Over 500 images capturing Newcastle in its ‘Golden Age’ have been digitised and are freely available through the University of Newcastle’s Living Histories.
These images are from a collection of over 3000 slide images captured by the late Merv and Janet Copley and were digitised by Emily Connell, the University’s Inaugural 2022 Vera Deacon Intern.
Sandra Saxby, the niece of the late Janet Copley, generously donated the insightful Merv and Janet Copley Collection. Three boxes of slides, handwritten diaries and a manuscript were retained by Sandra after Janet Copley passed away and wished these to be repatriated with our collection.
The donation of notebooks, scrapbooks and boxes of slides was made in early 2022. These were intended to join a huge collection of materials already in UON custody. See listing here
What Was Donated?
“These all complement materials we have from the Copley’s; the most significant are the slides, which look to be the photographic record of their travels described in the diaries and autobiographical works.”
Diaries – Janet Copley. Date Range: 13/5/92 to 9/8/93 [11 notebooks]
Colour Slides (All are individually labelled with location information)
- Box 1: Slides 1-625; 625-1250;
- Box 2: Slides 1251-1875;1876-2500;
- Box 3: Slides 2501-3080;
- Shoebox Box (Hush Puppies) Unnumbered Slides.
Copley Scrapbooks – Waterside Workers Women’s’ Committee 1951-1965 (News clippings and related ephemera)
Copley Scrapbooks – Waterside Workers Women’s’ Committee 1966-1972 (News clippings and related ephemera)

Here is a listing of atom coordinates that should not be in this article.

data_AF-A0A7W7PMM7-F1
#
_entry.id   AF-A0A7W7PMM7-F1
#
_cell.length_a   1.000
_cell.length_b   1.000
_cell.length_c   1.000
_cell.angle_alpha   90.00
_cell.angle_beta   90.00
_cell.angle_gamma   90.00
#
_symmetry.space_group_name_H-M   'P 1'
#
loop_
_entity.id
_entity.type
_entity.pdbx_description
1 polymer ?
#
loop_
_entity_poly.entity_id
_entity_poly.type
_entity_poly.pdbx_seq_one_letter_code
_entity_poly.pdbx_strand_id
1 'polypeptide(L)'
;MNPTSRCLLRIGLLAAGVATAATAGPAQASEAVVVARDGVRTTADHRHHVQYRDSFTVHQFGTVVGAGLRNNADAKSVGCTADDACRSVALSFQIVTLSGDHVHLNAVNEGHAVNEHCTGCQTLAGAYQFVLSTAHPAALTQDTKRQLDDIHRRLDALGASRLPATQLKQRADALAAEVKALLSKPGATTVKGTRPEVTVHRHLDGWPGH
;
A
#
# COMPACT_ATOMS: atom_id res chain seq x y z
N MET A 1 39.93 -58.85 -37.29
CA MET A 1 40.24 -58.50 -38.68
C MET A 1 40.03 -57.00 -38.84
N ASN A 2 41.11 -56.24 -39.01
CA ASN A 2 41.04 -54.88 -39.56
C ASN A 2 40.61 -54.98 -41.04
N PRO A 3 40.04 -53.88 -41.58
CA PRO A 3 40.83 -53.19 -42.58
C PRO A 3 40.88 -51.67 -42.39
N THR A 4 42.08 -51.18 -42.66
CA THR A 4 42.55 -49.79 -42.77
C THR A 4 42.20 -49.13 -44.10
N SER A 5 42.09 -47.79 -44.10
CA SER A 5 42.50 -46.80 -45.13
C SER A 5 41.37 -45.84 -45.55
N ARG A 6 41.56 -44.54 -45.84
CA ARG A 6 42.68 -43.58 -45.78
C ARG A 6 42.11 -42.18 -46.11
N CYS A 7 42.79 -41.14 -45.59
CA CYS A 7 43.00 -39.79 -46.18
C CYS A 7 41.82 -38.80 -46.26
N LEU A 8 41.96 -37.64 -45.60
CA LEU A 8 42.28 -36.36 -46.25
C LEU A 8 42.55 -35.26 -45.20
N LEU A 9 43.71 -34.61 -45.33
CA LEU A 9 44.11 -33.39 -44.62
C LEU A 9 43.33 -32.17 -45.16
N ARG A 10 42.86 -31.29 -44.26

Autobiographical Works – A Small Boy in a Sunburnt Country Vol.1 1932-1939 (Inscribed “To Alex from Janet and Merv”)
Community Files – Gloucester Electorate Campaign Organiser, 1953-1978.
The Rehoused Collection
Over the past seven months, Emily worked on rehousing the extensive collection of slides into mylar sheets, archival barrier paper and archival quality folders. More than 3000 slides captured by Merv and Janet Copley were rehoused. Currently, they are located in the University of Newcastle’s Special Collections. Subsequently, she selected a number of the more important images for digitisation. Within these slides, Merv and Janet had captured many aspects of local history and culture, with many relevant to Newcastle, the Hunter.
Newcastle’s Golden Age
What Did Merv and Janet Record?
Merv and Janet have provided a snapshot of their political activism and efforts within the Unionist movements, providing photographic accounts of groups such as the Waterside Workers Federation, Pensioner’s Deputations, Women’s Committee’s, Trade Unions, Worker’s Clubs and Wharfies.
The slides also provide a fantastic opportunity to observe the changing architecture and community spaces within Newcastle and the Hunter, with Merv and Janet taking particular care to document hotels, pubs, clubs, parks, industrial projects, and buildings across the area, with many vastly different today.
Over 495 of these pieces of history have been uploaded, available for viewing and recollection here
“[The Merv and Janet Copley Collection] can build up a picture of 1964 or 1965 that you can actually put yourself back in to, and that’s a really rich experience…” – Associate Professor Kate Senior quote from interview with Special Collections.
The Merv and Janet Copley Slides Collection are a fantastic resource. They provide terrific insights into parades, protests, wineries, BHP, architecture, industry, and the landscape in the era that Novocastrian’s have coined ‘Newcastle’s Golden Age’.
Who Were Merv and Janet Copley?
Merv and Janet Copley were at the forefront of Newcastle’s Unionist movements and political activism ventures from the 1940’s up until the early 2000’s. Meeting each other in 1948 and bonding over their shared passion for equality, increasing the standard of living for minorities and increasing union rights, Merv and Janet married in 1950. They would both dedicate their lives to preserving the Union voice in Newcastle and collating a rich archive documenting the people, culture and history of Newcastle and the Hunter.